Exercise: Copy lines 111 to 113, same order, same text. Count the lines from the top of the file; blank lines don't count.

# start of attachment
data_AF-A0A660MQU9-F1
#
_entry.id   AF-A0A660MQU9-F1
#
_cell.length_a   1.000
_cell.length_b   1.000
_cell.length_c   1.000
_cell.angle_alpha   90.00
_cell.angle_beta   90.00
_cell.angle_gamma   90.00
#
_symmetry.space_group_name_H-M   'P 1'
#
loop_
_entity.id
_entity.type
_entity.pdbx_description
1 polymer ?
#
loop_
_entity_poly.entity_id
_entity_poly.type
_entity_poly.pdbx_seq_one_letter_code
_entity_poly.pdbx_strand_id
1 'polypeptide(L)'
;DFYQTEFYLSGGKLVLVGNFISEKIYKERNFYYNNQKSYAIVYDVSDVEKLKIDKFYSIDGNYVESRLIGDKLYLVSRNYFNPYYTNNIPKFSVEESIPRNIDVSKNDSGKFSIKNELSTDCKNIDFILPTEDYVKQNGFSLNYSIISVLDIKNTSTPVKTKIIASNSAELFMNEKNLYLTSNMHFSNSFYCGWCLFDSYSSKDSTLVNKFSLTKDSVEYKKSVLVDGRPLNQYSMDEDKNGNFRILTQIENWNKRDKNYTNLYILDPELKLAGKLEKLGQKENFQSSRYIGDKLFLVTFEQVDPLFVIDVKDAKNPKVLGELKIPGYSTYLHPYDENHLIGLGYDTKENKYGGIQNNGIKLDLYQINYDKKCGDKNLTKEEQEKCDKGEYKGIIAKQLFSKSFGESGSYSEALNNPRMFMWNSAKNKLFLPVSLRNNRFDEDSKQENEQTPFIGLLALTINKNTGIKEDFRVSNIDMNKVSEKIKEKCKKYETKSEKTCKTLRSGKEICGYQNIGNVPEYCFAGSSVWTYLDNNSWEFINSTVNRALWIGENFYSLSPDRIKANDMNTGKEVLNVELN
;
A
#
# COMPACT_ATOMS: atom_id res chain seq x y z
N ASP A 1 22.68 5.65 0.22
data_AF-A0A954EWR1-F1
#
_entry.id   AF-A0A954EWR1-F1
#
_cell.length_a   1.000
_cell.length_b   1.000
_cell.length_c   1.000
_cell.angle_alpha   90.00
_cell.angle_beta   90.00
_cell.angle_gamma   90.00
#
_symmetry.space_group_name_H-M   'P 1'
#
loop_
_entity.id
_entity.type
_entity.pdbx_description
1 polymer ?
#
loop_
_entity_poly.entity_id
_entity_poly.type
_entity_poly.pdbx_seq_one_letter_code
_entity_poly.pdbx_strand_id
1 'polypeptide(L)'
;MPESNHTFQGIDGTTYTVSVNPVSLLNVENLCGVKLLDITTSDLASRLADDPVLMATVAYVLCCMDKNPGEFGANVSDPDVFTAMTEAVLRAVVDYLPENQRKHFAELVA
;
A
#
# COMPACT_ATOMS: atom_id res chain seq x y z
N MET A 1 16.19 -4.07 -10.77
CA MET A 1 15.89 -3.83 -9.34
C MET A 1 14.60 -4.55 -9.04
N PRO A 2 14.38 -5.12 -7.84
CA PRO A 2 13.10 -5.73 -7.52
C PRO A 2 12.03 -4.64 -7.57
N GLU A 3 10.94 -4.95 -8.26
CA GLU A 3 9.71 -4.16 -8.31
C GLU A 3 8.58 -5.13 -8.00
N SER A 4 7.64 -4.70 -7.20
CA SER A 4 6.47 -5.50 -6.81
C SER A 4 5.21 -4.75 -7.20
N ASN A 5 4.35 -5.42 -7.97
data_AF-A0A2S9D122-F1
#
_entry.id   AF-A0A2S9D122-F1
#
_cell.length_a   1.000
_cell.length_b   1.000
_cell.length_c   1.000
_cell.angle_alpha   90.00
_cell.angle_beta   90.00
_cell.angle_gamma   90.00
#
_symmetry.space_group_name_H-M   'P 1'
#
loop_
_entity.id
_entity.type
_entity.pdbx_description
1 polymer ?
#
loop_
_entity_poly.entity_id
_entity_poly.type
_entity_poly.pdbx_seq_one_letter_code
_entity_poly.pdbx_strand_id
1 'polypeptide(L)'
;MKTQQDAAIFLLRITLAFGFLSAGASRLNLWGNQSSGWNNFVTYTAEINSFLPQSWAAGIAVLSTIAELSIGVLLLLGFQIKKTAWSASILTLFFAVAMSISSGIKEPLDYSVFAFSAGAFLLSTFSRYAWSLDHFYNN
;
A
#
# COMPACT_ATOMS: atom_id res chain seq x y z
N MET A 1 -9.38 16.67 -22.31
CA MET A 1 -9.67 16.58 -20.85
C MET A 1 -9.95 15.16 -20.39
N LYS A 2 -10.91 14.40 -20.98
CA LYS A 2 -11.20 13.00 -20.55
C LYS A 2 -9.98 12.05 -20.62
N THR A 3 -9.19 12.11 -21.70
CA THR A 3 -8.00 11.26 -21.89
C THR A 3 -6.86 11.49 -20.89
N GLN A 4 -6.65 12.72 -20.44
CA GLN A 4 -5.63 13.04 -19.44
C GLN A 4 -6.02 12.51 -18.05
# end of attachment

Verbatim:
N THR A 3 -9.19 12.11 -21.70
CA THR A 3 -8.00 11.26 -21.89
C THR A 3 -6.86 11.49 -20.89